Future Islands is about the practice and promise of architecture in this country – a small, open society that is diverse, changing and economically (and seismically) vulnerable. In the exhibition, a grouping of floating forms – light, tough shells fabricated by a boat-building company – occupy a sea of space. Models of more than 50 architectural projects are arranged on or near, these ‘islands’. Some projects sit provisionally on their sites; others seem to have been shaken free of their foundations altogether.
Future Islands is designed as a navigational experience, to be moved through. Visitors are free to make their own inter-island connections – there’s no prescribed route. The exhibition is not didactic, but it does make a case for the heterogeneity of architectural practice in New Zealand, and the unsettled state of contemporary architecture, generally. The exhibition, optimistically, makes the case for architectural exploration. It includes projects at very different scales, from large social and educational buildings by New Zealand’s biggest architectural firms to tiny structures designed and built by recent graduates. There is a strong strain of inventiveness running through the exhibition: many of the projects manifest a desire to create alternative forms of practice, to think of new ways to do ‘architecture’.
The exhibition’s ‘islands’ are a play upon New Zealand’s insular condition, but they also allude to the rich literary and scientific narratives of islands as sites of possibility – as places of uninhibited or necessary social experiment, or incubators of evolutionary development. Accordingly, Future Islands includes many unbuilt and purely speculative projects. The exhibition seeks to provide many perspectives on the one place. In this, it draws inspiration from one narrative in particular: Italo Calvino’s allegorical novel ‘Invisible Cities’, in which the Venetian merchant adventurer Marco Polo entrances Kublai Khan with stories of wondrous places he has encountered. All these places, it turns out, are the same place – Polo’s own city. Future Islands gathers scores of projects that suggest the variousness of contemporary architectural practice. Some of these projects have been constructed, some may yet be constructed; others are intentionally speculative. Together the project exhibits a range of actualities and possibilities, indicating what is happening on our architectural front and perhaps anticipating what, in the future, may occur on these islands.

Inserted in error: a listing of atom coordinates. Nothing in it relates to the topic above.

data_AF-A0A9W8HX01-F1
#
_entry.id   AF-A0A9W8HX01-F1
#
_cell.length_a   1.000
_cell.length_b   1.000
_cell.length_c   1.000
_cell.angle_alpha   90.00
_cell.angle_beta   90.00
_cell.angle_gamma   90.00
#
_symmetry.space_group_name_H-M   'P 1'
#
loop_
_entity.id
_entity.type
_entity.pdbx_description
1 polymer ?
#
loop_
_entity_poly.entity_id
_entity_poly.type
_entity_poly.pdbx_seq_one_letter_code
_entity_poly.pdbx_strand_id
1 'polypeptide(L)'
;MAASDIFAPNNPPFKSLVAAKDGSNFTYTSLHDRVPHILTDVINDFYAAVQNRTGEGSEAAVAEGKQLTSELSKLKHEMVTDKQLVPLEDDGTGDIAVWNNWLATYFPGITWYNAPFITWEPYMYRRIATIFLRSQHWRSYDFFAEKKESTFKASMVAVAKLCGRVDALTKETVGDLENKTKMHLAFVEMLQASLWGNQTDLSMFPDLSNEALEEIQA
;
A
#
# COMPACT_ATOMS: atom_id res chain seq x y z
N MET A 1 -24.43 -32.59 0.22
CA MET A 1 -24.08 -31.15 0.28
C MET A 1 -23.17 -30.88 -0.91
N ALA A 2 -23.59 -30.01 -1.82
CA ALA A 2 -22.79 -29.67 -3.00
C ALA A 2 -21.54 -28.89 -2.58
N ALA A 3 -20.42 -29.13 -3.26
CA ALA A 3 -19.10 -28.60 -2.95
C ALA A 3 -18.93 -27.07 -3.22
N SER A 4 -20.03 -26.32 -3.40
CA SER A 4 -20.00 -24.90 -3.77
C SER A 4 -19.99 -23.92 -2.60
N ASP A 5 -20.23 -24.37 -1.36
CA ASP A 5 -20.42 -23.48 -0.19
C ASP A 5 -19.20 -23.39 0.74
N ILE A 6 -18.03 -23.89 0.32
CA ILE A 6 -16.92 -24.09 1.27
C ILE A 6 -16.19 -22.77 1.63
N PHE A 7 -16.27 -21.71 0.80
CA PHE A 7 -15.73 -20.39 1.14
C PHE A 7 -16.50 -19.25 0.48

With over 20,000 visitors in Venice and many more as part of a New Zealand tour, Future Islands won a DINZ Best Awards and an AGM Interior Awards 2017.
Palazzo Bollani, New Zealand Pavilion, 15th International Architecture Exhibition, Venice
National tour: 2017 -18 including Objectspace Auckland and the Adam Art Gallery, Victoria University, Wellington.
NEW ZEALAND TOUR
Objectspace, Auckland, 28 July–18 September 2017
The Adam Art Gallery, Wellington, 14 October – 17 December 2017
Tauranga Art Gallery, 20 January – 18 March 2018
Waikato Museum, Hamilton, 30 March – 17 June 2018
Te Ara, Christchurch, 6 September- 26 September 2018
Creative Directors: Charles Walker and Kathy Waghorn
Creative Team: Bureaux Architects, Jon Rennie, Rewi Thompson, Steve Brookbanks, Minka Ip, Bruce Fergusson
Sponsorship/funding: Commission awarded and funded by the New Zealand Institute of Architects
Bill McKay, ‘The Makers of Venice’. Architecture New Zealand, March-April (2016): 60-65
Chris Barton, ‘Biennale Bovines’, Metro, n. 40, March (2016): 106-107
Chris Winwood, ‘Reporting from the Front Desk; New Zealand at the Venice Architecture Biennale’ 2016
Interview: Co-curator Kathy Waghorn interviewed by Kim Hill on RNZ
Publication: Kathy Waghorn, ed., Future Islands: The New Zealand exhibition Biennale Architettura 2016 (Auckland, The New Zealand Institute of Architects, 2016). (ISBN 9780473347390)
Available from the Objectspace shop:
Photo credits: David St George
Category winner (installation), AGM Publishers Interior Awards, 2017.
Category winner, Designers Institute of NZ Best Award: Exhibition and Temporary Structures, 2017.